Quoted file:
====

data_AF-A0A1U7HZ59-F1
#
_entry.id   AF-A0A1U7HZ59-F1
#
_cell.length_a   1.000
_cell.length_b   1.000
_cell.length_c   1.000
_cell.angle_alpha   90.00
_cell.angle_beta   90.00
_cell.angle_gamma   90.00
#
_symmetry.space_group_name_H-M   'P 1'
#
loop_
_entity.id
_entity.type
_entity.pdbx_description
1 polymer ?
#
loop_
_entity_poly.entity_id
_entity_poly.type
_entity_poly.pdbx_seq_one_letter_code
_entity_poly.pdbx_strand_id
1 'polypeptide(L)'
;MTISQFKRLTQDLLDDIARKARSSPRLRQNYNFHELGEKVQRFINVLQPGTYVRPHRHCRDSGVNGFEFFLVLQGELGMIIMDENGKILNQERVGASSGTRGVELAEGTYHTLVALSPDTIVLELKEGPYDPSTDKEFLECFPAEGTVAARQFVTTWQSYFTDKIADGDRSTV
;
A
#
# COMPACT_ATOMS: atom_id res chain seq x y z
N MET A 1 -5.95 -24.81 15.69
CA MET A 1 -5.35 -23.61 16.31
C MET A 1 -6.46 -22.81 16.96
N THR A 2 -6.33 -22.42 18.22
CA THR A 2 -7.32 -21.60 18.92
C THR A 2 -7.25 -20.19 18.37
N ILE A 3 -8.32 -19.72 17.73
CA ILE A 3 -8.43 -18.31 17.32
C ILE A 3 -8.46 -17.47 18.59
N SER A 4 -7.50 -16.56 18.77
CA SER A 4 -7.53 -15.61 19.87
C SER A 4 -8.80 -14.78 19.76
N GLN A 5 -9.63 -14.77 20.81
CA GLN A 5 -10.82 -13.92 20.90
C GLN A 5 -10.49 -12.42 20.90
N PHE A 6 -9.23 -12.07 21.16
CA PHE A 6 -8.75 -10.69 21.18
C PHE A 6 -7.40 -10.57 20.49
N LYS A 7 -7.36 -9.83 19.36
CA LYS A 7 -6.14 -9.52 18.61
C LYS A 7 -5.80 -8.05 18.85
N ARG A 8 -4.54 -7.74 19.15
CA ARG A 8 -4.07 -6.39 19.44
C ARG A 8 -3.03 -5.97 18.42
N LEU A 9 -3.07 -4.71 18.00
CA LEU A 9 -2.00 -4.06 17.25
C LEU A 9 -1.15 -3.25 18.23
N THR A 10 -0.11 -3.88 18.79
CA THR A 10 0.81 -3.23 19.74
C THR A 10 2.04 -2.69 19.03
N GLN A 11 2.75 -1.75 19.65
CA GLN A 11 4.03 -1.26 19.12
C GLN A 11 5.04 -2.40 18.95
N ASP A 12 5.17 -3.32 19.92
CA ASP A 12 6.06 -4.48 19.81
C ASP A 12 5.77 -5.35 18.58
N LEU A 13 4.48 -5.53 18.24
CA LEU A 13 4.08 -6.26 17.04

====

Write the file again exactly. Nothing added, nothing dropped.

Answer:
data_AF-A0A1U7HZ59-F1
#
_entry.id   AF-A0A1U7HZ59-F1
#
_cell.length_a   1.000
_cell.length_b   1.000
_cell.length_c   1.000
_cell.angle_alpha   90.00
_cell.angle_beta   90.00
_cell.angle_gamma   90.00
#
_symmetry.space_group_name_H-M   'P 1'
#
loop_
_entity.id
_entity.type
_entity.pdbx_description
1 polymer ?
#
loop_
_entity_poly.entity_id
_entity_poly.type
_entity_poly.pdbx_seq_one_letter_code
_entity_poly.pdbx_strand_id
1 'polypeptide(L)'
;MTISQFKRLTQDLLDDIARKARSSPRLRQNYNFHELGEKVQRFINVLQPGTYVRPHRHCRDSGVNGFEFFLVLQGELGMIIMDENGKILNQERVGASSGTRGVELAEGTYHTLVALSPDTIVLELKEGPYDPSTDKEFLECFPAEGTVAARQFVTTWQSYFTDKIADGDRSTV
;
A
#
# COMPACT_ATOMS: atom_id res chain seq x y z
N MET A 1 -5.95 -24.81 15.69
CA MET A 1 -5.35 -23.61 16.31
C MET A 1 -6.46 -22.81 16.96
N THR A 2 -6.33 -22.42 18.22
CA THR A 2 -7.32 -21.60 18.92
C THR A 2 -7.25 -20.19 18.37
N ILE A 3 -8.32 -19.72 17.73
CA ILE A 3 -8.43 -18.31 17.32
C ILE A 3 -8.46 -17.47 18.59
N SER A 4 -7.50 -16.56 18.77
CA SER A 4 -7.53 -15.61 19.87
C SER A 4 -8.80 -14.78 19.76
N GLN A 5 -9.63 -14.77 20.81
CA GLN A 5 -10.82 -13.92 20.90
C GLN A 5 -10.49 -12.42 20.90
N PHE A 6 -9.23 -12.07 21.16
CA PHE A 6 -8.75 -10.69 21.18
C PHE A 6 -7.40 -10.57 20.49
N LYS A 7 -7.36 -9.83 19.36
CA LYS A 7 -6.14 -9.52 18.61
C LYS A 7 -5.80 -8.05 18.85
N ARG A 8 -4.54 -7.74 19.15
CA ARG A 8 -4.07 -6.39 19.44
C ARG A 8 -3.03 -5.97 18.42
N LEU A 9 -3.07 -4.71 18.00
CA LEU A 9 -2.00 -4.06 17.25
C LEU A 9 -1.15 -3.25 18.23
N THR A 10 -0.11 -3.88 18.79
CA THR A 10 0.81 -3.23 19.74
C THR A 10 2.04 -2.69 19.03
N GLN A 11 2.75 -1.75 19.65
CA GLN A 11 4.03 -1.26 19.12
C GLN A 11 5.04 -2.40 18.95
N ASP A 12 5.17 -3.32 19.92
CA ASP A 12 6.06 -4.48 19.81
C ASP A 12 5.77 -5.35 18.58
N LEU A 13 4.48 -5.53 18.24
CA LEU A 13 4.08 -6.26 17.04